Washington, D.C.— Today, House Small Business Committee Chairwoman Nydia M. Velázquez (D-NY) introduced a bill to establish a student loan debt forgiveness and deferment program for entrepreneurs. The Supporting America’s Young Entrepreneurs Act of 2021 seeks to lower one of the most prominent barriers to starting a business, outstanding student loan debt.
“Our nation is currently facing the dual crises of rising student loan debt and declining entrepreneurship,” said Chairwoman Velázquez. “High levels of student loan debt have helped make Millennials the least entrepreneurial generation in modern history. Today, debt is weighing down young people to the point where they are less likely to start businesses that provide good jobs and form the foundation of local economies.”
In 2021, outstanding student loan payments reached $1.7 trillion, eclipsing credit card debt and auto loan debt. A growing body of evidence shows that this debt burden is stifling rates of business startups. Economists have found that higher levels of student debt hurt overall business income and employment among business owners. For example, researchers at the Federal Reserve of Philadelphia found that an eight percent increase in total student debt in each county leads to 70 fewer new small businesses.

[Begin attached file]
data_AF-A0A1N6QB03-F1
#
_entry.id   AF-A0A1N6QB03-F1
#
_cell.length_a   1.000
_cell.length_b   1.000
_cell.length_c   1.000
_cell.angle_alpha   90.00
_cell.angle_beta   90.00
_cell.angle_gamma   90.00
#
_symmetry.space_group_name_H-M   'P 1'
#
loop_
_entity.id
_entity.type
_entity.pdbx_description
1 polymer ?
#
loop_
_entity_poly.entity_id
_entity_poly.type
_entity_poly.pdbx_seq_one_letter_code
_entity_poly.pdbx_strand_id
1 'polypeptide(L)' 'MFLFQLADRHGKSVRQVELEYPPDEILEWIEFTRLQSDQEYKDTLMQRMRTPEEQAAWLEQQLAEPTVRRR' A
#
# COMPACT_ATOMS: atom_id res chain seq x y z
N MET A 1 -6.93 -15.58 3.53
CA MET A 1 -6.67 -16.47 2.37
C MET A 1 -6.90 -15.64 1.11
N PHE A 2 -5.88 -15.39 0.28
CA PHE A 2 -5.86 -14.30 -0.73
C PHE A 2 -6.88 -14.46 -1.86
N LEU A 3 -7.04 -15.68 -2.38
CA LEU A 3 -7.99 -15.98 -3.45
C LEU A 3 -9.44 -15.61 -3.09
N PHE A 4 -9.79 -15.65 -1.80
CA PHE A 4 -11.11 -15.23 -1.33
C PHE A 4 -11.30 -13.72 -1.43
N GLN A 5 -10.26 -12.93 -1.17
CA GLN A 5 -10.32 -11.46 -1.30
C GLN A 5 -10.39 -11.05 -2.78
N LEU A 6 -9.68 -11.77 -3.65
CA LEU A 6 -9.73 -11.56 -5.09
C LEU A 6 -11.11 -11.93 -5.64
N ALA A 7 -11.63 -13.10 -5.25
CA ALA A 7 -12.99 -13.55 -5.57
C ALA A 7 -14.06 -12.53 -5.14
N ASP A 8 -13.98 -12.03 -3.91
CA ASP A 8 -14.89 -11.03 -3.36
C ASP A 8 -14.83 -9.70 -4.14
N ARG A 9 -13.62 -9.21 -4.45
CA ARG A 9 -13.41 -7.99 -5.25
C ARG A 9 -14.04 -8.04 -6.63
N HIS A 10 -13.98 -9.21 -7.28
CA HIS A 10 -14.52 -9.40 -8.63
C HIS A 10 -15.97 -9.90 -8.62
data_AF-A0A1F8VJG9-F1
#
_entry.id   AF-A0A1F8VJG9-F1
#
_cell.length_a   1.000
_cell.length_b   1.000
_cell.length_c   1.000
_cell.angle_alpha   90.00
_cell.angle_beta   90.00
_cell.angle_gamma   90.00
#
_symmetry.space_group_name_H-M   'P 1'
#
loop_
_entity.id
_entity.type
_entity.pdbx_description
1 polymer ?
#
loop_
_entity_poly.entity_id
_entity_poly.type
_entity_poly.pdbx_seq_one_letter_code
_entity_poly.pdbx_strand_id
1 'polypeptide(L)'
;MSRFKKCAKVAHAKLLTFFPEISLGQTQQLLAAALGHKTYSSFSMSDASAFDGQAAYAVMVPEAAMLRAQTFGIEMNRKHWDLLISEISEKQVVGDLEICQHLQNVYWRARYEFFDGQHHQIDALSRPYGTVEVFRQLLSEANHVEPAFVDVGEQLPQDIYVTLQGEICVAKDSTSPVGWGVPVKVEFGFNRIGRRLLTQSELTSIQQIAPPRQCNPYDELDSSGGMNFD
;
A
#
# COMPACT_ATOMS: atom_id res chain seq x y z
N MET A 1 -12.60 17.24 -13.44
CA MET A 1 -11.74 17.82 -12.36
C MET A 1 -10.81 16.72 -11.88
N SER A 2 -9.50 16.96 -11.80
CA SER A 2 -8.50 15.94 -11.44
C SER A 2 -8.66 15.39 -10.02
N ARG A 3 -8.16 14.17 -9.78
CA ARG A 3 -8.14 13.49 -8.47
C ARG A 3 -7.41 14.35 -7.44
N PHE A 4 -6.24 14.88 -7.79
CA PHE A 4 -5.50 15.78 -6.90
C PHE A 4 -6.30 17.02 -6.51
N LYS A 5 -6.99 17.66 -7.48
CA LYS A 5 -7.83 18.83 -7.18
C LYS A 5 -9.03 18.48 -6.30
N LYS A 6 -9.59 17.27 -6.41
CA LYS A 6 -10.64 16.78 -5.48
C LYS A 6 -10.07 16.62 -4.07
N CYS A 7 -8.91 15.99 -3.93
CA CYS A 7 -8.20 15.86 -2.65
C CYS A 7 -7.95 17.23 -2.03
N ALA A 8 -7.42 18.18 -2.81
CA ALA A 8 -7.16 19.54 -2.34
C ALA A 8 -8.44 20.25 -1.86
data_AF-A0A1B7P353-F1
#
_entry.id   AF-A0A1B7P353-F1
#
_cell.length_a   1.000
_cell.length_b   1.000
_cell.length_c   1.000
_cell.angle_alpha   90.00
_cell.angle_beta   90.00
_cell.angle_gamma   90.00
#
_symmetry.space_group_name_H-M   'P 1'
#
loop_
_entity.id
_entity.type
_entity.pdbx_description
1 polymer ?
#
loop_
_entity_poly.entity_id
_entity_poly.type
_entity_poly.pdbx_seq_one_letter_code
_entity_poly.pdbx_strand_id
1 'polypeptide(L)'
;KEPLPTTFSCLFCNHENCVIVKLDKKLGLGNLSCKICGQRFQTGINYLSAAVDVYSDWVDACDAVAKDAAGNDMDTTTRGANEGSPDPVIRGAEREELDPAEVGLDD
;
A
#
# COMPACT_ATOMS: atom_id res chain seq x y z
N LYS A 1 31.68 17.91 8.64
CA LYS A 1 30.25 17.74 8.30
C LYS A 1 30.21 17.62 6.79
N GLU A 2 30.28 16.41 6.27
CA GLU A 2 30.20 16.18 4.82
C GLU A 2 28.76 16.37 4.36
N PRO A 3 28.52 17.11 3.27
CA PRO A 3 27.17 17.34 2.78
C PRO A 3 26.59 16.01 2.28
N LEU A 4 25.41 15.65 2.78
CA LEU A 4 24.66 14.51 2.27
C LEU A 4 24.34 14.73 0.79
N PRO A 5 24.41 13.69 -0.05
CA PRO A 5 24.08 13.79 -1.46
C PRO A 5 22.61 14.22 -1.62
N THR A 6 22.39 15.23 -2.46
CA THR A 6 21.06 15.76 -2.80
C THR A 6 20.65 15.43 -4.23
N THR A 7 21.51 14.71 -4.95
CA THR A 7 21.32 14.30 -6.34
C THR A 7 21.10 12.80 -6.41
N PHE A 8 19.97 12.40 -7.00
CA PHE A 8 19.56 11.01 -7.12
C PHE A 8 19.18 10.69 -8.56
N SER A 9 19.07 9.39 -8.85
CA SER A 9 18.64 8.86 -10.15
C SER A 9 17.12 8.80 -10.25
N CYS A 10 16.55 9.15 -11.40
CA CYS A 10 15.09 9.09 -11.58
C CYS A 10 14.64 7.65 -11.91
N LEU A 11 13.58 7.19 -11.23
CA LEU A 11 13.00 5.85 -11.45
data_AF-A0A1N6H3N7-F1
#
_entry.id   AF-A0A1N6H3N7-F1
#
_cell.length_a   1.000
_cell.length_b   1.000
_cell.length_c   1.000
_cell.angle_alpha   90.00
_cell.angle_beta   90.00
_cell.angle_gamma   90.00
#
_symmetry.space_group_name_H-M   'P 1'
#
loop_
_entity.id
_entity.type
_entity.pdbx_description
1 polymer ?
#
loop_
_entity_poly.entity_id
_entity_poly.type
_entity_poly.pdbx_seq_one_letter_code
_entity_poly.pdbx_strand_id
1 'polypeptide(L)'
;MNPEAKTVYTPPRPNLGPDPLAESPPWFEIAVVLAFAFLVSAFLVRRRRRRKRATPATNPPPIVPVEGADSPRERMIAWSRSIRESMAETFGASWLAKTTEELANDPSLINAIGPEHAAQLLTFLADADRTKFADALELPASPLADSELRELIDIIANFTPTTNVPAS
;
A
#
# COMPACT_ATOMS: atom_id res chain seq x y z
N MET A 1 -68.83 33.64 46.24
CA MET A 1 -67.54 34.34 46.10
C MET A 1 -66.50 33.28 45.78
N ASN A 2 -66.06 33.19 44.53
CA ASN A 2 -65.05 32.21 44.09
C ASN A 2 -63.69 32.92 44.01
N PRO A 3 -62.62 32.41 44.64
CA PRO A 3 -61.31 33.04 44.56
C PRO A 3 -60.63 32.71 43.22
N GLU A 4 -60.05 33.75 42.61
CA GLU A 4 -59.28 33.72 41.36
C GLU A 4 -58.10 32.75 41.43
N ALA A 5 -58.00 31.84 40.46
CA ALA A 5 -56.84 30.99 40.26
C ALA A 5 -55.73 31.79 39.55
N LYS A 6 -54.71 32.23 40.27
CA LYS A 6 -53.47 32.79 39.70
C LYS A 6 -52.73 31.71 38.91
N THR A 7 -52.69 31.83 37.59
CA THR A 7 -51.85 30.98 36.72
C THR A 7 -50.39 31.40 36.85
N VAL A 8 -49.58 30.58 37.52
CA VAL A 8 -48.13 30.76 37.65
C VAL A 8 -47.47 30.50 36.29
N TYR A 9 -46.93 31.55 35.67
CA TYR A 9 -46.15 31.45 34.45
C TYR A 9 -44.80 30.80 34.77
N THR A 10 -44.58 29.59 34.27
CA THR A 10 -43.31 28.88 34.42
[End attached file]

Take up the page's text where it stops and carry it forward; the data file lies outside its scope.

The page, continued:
The crisis is also fueling persistent racial disparities in entrepreneurship. On average, Black and Hispanic students are more likely than white students to rely on student loans to pay for their education. These higher debt levels often lead to less appetite for taking risks associated with starting a small business among prospective entrepreneurs, helping maintain the racial wealth gap.
Velázquez’s bill would offer debt relief to student debt holders that launch businesses in economically distressed areas. The bill would provide three years of interest-free student loan deferment and up to $20,000 in forgiveness for the founders of small businesses in economically distressed areas. Employees working at startups would also be able to access $15,000 worth of forgiveness regardless of their location. Under the legislation, The Internal Revenue Service would not consider debt forgiveness as taxable income. Additionally, the bill would mandate creating a new Young Entrepreneurs Business Center at the Small Business Administration to manage the program.
“America’s decades-long slide in entrepreneurship has the potential to hamper our recovery from the COVID and extend the economic fallout from this crisis,” said Chairwoman Velázquez. “If we want young people to play a meaningful role in the entrepreneurial ecosystem that powers our economy, we must reduce the burden of student loans.”
The bill is cosponsored by committee members Rep. Judy Chu (D-CA); Rep. Dwight Evans (D-PA); Rep. Andy Kim (D-NJ); and Rep. Dean Phillips (D-MN) Chairman, Subcommittee on Oversight, Investigations, and Regulations.